Twin Brother of Young Protester Slain by Myanmar Security Forces Calls for Justice
By The Irrawaddy 2 March 2021
Yangon—On Sunday morning, a 23-year-old network engineer was shot dead by Myanmar security forces while taking part in a protest against the country’s military regime in Yangon’s Hledan. A live bullet pierced his chest.
Police used live ammunition as they attacked more than a thousand anti-military regime protesters gathering in Hledan. At least 20 people were killed in police crackdowns across the country.
Ko Ko Aung Htet Naing, the elder twin brother of the victim, Nyi Nyi Aung Htet Naing, talked to The Irrawaddy about the police shooting on protesters in Hledan on Sunday.
The Irrawaddy: Could you tell us what happened?
Ko Ko Aung Htet Naing: The one who was gunned down outside the school in Hledan was my twin brother. He was fatally shot outside the school. The bullet pierced his chest. He was 23.
The Irrawaddy: Did you two join the protests on other days before Sunday?
AHN: We took part in protests around four days a week together with our friends.
The Irrawaddy: Could you tell us what happened to you on Sunday?
AHN: We went together on Sunday. But I was away from him when the incident happened. We took Baho Road for fear that Insein Road might be blocked. We got out [from the car] under the overbridge [on Baho Road]. We didn’t notice that police were deployed on the overbridge. When we noticed them, we hurried to Hledan, but police were also deployed near Hledan market and we got trapped between them.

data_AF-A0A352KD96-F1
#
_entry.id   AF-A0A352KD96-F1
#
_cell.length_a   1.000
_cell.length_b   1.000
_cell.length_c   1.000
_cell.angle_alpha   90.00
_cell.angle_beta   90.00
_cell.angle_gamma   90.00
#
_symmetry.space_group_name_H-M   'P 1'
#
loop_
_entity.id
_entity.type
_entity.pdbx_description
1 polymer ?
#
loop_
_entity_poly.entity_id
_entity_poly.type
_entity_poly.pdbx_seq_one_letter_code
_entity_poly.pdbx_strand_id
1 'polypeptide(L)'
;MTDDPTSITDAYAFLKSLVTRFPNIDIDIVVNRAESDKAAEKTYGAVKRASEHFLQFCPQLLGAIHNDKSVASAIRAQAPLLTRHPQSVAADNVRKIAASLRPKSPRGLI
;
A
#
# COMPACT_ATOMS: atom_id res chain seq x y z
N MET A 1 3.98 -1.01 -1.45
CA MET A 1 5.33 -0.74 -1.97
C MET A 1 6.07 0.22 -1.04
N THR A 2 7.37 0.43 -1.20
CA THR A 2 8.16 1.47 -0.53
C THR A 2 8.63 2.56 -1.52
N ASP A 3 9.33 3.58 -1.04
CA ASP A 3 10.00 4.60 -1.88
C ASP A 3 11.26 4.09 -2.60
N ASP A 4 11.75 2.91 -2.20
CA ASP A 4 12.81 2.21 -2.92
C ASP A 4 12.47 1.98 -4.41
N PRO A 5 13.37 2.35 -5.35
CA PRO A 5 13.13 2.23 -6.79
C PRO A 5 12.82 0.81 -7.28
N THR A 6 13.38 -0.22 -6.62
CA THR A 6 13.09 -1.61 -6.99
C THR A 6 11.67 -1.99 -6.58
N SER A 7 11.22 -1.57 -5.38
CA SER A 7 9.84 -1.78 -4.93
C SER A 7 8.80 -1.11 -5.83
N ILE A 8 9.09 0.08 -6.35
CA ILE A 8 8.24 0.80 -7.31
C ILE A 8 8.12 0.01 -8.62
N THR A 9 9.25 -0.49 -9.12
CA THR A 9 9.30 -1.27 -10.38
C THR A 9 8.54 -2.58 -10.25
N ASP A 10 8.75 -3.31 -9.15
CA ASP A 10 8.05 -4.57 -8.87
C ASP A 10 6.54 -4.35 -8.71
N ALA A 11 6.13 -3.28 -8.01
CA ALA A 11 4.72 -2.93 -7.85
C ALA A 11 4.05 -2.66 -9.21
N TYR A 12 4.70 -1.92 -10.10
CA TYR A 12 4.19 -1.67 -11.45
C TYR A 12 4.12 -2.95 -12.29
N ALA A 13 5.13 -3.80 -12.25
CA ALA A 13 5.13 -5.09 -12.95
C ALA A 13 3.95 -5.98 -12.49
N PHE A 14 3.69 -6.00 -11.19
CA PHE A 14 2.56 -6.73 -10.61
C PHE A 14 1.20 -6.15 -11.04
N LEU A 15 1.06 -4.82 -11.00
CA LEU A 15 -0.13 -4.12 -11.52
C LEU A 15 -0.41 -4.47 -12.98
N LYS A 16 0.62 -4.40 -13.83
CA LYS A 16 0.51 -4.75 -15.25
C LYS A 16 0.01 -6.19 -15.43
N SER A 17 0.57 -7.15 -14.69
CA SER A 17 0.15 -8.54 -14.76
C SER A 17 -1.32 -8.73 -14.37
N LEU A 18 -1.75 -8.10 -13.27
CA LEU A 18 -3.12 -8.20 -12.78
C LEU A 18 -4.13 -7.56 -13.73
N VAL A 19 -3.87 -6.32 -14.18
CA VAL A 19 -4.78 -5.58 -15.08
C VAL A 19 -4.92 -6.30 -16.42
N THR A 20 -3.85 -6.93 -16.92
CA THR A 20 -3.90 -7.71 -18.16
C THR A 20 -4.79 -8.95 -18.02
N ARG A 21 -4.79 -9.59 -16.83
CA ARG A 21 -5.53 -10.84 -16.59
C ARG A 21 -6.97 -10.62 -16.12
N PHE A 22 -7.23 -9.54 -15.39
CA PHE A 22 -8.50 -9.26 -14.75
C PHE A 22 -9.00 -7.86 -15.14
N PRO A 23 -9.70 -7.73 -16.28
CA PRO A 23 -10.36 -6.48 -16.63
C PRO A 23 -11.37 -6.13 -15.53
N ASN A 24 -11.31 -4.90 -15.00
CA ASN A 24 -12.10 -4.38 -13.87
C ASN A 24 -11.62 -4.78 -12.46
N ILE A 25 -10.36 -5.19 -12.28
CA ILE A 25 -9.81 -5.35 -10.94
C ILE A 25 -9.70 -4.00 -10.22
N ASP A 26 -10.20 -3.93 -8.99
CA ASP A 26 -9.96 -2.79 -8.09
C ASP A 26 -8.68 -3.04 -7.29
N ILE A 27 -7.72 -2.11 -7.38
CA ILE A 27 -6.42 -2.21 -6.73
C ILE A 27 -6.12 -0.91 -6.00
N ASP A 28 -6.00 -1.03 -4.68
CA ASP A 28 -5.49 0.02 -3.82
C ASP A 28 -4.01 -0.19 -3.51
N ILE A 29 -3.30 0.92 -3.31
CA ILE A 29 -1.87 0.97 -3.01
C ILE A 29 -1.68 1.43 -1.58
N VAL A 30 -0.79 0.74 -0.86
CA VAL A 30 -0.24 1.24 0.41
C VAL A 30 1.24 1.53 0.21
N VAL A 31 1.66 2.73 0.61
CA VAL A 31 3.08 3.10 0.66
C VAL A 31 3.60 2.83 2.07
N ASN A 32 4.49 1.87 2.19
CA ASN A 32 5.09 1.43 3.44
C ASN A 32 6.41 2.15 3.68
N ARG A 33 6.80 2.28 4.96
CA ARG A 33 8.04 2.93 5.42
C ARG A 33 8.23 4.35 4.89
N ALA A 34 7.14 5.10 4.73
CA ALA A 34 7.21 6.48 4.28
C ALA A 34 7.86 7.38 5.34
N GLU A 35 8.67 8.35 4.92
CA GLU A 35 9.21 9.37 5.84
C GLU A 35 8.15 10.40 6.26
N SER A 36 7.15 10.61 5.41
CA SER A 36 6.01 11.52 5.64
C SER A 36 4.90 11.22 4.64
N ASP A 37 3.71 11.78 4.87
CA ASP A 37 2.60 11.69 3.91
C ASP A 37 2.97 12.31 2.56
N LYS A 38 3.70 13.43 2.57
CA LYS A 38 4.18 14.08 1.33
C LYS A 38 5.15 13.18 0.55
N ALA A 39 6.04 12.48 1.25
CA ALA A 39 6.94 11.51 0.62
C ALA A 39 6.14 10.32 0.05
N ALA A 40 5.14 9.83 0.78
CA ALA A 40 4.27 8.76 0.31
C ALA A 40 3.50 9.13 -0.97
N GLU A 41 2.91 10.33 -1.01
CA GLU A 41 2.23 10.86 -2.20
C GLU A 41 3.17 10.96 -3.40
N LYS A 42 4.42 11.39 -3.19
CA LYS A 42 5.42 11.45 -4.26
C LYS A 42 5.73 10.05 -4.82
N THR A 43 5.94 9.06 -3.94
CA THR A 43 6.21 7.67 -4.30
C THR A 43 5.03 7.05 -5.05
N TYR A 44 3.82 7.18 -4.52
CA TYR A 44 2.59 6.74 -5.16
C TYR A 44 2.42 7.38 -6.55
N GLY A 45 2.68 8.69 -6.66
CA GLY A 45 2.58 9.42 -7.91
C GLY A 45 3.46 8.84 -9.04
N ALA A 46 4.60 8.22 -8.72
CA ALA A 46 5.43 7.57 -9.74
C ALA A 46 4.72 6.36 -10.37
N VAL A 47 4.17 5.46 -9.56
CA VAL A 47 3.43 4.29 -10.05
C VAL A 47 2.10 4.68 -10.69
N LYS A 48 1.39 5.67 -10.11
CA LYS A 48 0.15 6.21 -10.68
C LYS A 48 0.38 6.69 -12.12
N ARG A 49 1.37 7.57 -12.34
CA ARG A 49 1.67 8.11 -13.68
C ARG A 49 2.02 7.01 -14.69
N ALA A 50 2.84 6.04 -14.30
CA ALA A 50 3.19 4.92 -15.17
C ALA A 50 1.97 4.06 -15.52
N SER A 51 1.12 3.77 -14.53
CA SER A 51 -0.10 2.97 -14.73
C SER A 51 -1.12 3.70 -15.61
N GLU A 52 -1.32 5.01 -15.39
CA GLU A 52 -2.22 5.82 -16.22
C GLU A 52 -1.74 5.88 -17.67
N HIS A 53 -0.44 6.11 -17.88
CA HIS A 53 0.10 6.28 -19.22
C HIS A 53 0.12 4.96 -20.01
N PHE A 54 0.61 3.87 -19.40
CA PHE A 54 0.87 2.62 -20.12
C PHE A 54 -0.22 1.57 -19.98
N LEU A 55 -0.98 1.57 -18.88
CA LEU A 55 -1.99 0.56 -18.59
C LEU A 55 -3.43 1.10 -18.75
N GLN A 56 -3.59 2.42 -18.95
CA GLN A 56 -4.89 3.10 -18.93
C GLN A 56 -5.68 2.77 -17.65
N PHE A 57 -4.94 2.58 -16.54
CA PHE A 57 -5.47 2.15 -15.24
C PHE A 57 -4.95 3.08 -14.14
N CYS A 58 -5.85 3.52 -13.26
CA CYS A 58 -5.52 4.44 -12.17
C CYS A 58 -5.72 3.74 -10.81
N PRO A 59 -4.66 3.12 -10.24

At first, we hid in apartments nearby. But when they fired tear gas and stun grenades, we went out and staged a protest. While we were still trapped, around 1,000 people came out and protested. They [security forces] fired tear gas and stun grenades. They still didn’t use live bullets.
The protest leaders asked protesters to sit down to prevent havoc. As protesters sat down, they [security forces] fired their guns. Walls of the school and windows at the bus-stop were hit and about three or four people were hit at the same time. Everyone started to run, and it was difficult to pull out those who were hit. They also shot the people who came to rescue the injured. But protesters tried their best to pull out the wounded. They pulled them to alleys and treated them, or sent them to health care centers.
The Irrawaddy: How did you know your brother was shot?
AHN: My brother was down in front of the school. Some tried in vain to rescue him. I saw in a video file that a young man in a white shirt managed to rescue him. He took cover behind walls and rescued him. He was also shot and was slightly injured in his belly. [Police] even shot a civilian who was trying to rescue my brother.
My brother was then sent to a health care center in an ambulance. But he was already dead when he arrived at the center. I heard that he was sent to Yangon General Hospital.
The Irrawaddy: What is your view on the fatal shooting of protesters?
AHN: If there are harsher words than rude and unscrupulous, their actions deserve to be described with those words. They should not have done this. Protesters only wish to make their voices heard by the people, the military regime and the whole world. They should not shoot and kill the protesters, with excessive force and weapons. I strongly condemn it.
They didn’t notify [protesters] in advance before shooting nor give time for protesters to disperse. It is very unscrupulous of them to fire with live ammunition without notice.
The Irrawaddy: What else would you like to say about Sunday’s incident?
AHN: We want justice for all the people who were killed. We don’t want their lives to be sacrificed for nothing. There must be accountability and responsibility for the lives that were lost. And we want the international community to know what is happening in Myanmar.
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